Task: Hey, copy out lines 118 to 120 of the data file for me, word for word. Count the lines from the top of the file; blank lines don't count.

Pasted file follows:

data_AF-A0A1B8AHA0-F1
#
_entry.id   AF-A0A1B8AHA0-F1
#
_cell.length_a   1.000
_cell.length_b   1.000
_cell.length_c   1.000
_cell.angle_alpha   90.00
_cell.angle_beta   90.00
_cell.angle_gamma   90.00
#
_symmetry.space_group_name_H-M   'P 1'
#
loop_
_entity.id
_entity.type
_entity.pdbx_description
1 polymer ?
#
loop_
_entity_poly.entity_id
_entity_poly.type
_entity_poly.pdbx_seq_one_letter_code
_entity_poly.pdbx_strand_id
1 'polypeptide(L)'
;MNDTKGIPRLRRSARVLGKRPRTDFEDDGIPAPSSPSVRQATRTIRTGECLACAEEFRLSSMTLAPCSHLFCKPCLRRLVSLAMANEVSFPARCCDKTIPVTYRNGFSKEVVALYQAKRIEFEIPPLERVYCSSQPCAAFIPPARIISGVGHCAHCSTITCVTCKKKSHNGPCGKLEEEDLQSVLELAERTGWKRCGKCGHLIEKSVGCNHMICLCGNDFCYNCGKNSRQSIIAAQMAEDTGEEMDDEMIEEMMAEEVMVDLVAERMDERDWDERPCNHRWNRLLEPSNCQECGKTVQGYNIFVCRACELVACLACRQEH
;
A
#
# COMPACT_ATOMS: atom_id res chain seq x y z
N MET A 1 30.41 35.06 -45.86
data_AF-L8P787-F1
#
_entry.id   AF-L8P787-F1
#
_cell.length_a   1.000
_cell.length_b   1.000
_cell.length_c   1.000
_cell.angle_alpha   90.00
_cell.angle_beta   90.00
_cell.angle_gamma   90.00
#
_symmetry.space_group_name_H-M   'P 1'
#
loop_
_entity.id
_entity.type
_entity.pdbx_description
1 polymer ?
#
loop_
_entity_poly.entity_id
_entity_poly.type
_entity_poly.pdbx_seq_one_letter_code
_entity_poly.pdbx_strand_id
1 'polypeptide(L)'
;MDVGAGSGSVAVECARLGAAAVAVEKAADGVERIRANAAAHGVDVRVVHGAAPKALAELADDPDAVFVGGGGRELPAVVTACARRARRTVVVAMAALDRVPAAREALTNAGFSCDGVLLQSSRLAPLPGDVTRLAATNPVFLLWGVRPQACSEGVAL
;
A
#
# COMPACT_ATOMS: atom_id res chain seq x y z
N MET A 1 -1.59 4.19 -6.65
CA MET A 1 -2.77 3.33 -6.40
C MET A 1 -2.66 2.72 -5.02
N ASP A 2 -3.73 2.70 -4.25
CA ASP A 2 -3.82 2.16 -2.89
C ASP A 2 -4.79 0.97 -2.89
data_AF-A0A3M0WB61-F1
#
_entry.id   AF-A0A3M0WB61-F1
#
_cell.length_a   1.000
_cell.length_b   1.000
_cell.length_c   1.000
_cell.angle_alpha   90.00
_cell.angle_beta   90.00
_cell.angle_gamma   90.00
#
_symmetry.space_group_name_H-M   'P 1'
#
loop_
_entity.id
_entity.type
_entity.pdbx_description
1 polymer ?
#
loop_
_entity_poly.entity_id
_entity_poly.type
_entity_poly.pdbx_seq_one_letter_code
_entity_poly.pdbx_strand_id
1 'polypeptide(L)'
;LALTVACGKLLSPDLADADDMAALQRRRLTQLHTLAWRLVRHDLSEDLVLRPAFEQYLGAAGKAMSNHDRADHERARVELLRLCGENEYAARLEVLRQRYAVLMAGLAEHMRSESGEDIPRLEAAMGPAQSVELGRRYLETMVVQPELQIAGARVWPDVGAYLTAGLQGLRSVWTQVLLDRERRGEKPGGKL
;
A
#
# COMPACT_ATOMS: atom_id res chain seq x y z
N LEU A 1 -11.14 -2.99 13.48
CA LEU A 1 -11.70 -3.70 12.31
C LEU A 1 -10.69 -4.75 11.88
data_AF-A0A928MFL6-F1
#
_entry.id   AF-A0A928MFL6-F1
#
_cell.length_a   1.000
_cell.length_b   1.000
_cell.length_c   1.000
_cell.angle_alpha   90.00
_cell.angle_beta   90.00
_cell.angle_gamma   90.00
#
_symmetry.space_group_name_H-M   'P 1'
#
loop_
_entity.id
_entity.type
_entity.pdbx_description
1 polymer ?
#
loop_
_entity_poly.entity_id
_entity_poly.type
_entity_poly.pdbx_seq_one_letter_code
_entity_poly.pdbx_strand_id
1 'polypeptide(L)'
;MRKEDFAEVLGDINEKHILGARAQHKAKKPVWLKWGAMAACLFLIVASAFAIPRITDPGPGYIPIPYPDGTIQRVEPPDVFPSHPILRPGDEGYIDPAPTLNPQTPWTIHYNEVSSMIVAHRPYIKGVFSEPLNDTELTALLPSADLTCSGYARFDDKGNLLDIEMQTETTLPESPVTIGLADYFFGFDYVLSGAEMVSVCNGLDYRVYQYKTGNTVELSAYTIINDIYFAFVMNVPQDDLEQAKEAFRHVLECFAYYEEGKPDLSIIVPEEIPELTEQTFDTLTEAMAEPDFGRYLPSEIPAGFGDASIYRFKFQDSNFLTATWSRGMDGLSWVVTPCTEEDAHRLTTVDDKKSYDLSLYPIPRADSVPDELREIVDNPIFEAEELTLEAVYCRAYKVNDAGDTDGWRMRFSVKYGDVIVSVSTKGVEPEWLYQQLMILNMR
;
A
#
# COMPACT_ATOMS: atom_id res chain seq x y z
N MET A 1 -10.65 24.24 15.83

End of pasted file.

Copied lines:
1 polymer ?
#
loop_